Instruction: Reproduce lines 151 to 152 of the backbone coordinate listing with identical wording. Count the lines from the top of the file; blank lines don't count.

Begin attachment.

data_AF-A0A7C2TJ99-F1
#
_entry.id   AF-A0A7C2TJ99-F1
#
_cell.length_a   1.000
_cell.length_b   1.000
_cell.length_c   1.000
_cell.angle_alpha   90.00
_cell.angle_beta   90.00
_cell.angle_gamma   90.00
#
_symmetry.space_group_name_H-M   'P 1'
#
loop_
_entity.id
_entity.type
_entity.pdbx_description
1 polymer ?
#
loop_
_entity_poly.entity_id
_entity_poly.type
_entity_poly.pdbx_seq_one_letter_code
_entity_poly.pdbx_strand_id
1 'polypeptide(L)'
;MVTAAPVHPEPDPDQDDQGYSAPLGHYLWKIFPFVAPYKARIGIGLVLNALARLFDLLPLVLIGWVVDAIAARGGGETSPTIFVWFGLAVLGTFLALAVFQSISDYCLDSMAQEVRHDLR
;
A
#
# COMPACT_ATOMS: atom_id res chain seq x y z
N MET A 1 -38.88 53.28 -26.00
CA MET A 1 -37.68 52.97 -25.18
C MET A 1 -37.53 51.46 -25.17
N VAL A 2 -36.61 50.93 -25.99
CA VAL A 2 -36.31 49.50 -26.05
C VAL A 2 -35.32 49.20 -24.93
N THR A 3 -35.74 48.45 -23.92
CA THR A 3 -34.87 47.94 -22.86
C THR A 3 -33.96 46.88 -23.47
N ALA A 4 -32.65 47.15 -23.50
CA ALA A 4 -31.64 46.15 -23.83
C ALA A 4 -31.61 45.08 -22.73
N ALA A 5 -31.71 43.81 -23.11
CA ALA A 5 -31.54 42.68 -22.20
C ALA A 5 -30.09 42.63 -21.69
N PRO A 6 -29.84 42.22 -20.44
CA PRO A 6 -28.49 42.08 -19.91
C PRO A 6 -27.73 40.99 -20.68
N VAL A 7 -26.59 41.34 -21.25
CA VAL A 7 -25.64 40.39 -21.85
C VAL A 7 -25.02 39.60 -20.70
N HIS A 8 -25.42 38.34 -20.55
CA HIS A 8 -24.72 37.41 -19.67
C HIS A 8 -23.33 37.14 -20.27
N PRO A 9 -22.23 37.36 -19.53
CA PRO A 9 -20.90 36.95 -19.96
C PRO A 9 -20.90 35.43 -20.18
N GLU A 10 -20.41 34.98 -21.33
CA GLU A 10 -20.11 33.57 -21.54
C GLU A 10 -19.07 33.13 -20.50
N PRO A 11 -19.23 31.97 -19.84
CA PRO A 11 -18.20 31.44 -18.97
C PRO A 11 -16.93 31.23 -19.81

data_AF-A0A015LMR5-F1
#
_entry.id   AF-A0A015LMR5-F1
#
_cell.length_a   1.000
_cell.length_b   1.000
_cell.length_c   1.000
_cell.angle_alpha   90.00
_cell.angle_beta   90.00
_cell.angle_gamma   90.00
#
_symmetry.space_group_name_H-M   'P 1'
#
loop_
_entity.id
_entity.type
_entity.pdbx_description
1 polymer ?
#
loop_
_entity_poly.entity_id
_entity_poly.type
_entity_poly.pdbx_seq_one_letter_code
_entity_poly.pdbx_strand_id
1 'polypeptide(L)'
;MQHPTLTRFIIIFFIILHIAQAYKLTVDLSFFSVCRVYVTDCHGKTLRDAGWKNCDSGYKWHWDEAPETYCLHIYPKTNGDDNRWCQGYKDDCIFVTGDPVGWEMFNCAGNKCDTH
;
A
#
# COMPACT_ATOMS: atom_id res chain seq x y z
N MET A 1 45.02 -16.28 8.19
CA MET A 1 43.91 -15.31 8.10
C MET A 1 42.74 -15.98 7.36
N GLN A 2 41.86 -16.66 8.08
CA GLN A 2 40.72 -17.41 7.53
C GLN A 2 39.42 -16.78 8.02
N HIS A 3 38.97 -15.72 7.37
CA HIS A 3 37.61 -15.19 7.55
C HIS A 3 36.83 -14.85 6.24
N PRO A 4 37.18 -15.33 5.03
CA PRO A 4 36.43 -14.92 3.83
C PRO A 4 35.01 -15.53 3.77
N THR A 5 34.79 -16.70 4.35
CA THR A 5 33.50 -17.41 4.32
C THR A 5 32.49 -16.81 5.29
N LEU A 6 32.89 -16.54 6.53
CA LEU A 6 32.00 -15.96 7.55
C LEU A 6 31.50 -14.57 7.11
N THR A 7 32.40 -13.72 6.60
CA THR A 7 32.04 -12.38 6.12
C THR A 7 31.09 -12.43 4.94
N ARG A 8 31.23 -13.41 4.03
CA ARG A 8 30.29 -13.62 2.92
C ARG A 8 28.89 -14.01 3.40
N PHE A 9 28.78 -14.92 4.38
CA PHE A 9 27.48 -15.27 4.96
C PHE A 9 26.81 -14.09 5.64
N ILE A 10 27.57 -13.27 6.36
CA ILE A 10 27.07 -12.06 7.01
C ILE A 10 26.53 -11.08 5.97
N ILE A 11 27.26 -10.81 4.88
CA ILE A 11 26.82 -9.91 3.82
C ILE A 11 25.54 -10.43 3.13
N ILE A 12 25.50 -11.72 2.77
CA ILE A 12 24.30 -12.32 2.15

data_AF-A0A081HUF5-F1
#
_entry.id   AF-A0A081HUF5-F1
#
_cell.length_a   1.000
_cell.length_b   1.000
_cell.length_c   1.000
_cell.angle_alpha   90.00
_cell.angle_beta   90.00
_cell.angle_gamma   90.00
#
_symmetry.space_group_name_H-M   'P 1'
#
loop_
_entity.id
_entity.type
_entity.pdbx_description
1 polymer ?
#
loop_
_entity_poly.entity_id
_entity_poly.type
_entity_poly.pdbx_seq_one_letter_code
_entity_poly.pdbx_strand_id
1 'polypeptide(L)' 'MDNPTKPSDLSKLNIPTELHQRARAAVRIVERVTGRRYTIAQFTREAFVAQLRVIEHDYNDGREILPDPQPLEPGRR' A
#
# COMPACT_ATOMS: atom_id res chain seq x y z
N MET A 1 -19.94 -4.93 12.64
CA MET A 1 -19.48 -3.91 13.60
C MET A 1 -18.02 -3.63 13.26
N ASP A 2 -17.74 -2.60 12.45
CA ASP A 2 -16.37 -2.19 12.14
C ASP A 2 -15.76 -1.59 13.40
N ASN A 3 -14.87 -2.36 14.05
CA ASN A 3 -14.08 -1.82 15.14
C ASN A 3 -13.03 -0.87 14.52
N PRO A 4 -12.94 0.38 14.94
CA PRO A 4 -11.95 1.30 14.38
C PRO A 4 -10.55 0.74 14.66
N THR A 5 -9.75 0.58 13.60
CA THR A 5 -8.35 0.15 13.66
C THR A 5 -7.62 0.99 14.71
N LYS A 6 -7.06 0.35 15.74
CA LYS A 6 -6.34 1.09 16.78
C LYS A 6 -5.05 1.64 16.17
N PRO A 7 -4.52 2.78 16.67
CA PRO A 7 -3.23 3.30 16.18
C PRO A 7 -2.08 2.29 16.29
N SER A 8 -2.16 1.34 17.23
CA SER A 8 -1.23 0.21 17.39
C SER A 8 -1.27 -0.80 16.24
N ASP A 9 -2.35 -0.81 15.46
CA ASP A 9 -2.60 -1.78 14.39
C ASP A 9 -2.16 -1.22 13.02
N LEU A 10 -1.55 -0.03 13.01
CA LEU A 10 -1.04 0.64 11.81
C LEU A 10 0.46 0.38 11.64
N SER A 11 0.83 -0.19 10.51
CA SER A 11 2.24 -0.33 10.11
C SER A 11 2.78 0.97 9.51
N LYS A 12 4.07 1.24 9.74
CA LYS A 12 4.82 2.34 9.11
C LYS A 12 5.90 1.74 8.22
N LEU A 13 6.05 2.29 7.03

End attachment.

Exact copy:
_entity_poly.pdbx_seq_one_letter_code
_entity_poly.pdbx_strand_id